Suffer from quad cramps? Here’s how to fix the problem—and keep it from coming back.
A quad cramp can be triggered by several things. The most common cause is nutritional: You’re dehydrated or don’t have enough sodium (salt) in your body. Fatigue and working a muscle when it’s “short”—not fully extended—are less common causes. The triggering factor, whatever it is, makes the muscle edgy and it anticipates contraction, which can lead it to simply contract on its own. This is why muscle cramps are more common at the end of a race.
Of the four quad muscles, the rectus femoris is most prone to cramping because it attaches above the hip and below the knee, crossing both joints. The other three muscles—the vastus lateralis, vastus medialis and vastus intermedius—connect only at the top of the femur and at the knee. This simply means that the rectus femoris has more opportunity to contract when it’s short because two things can shorten it—knee extension and hip flexion (imagine yourself sitting with your leg out straight and lifting it while keeping it straight—that’s how you shorten the rectus femoris). This muscle works harder than its quad buddies.
Break the cramp. The fastest way to break a cramp is to stretch the contracted muscle, i.e., slowly extend it from its contracted state. In the quads’ case, pull your foot back toward your butt to stretch out the muscle. Don’t yank it. Gently and gradually stretch it.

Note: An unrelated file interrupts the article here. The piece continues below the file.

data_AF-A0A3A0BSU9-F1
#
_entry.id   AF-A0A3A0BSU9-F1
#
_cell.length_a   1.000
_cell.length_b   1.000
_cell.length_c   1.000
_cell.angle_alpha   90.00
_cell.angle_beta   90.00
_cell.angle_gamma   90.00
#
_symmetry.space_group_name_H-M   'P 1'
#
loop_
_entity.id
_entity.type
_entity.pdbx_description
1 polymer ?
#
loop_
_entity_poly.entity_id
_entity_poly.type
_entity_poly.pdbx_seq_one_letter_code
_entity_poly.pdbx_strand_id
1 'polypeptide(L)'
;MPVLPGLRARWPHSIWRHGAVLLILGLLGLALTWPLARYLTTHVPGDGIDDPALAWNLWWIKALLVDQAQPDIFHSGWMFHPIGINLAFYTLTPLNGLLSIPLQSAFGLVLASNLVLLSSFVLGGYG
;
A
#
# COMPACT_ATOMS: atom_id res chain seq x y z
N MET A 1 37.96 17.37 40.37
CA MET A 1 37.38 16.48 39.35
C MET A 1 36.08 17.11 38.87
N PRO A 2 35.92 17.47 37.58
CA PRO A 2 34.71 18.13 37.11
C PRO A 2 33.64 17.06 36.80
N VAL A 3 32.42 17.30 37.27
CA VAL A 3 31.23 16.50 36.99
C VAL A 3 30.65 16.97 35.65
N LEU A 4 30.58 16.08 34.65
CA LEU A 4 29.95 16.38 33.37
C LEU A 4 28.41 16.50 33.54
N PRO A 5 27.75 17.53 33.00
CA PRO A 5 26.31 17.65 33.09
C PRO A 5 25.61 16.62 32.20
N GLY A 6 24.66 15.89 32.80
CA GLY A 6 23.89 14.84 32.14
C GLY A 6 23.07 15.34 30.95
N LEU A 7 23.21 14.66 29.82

Watch the hammie. If one muscle cramps, another one might as well, and when you stretch the quad, you shorten the hamstring. To prevent a reciprocal hammie cramp, be mindful not to contract or fire the muscle as you stretch out the quad. This may sound difficult, but just concentrate on relaxing your leg as you stretch.
Hydrate and get salty. Drink enough fluids and up your salt intake—pretzels and pickle juice are fast sources. This strategy will also help prevent other cramps.
Get in better shape. Train a muscle so it’s stronger and less prone to fatigue, and you’ll prevent cramping. In the case of quads, explosive bodyweight exercises like squats and lunges are musts. If you’re a cyclist prone to having cramps, increase your training to put more distance between the mileage you need to complete and your fatigue threshold.
Stretch. Regular quad stretching can help keep the muscles loose and your legs limber.
New York City sports medicine specialist Jordan D. Metzl, M.D. is a 33-time marathon finisher and 13-time Ironman. His book, The Athlete’s Book of Home Remedies, has more than 1,000 tips to fix all types of injuries and medical conditions.
From The Athlete’s Book of Home Remedies by Jordan D. Metzl, M.D. with Mike Zimmerman. Copyright 2012 by Rodale Inc. Published by arrangement with Rodale, Inc., Emmaus, PA 18098.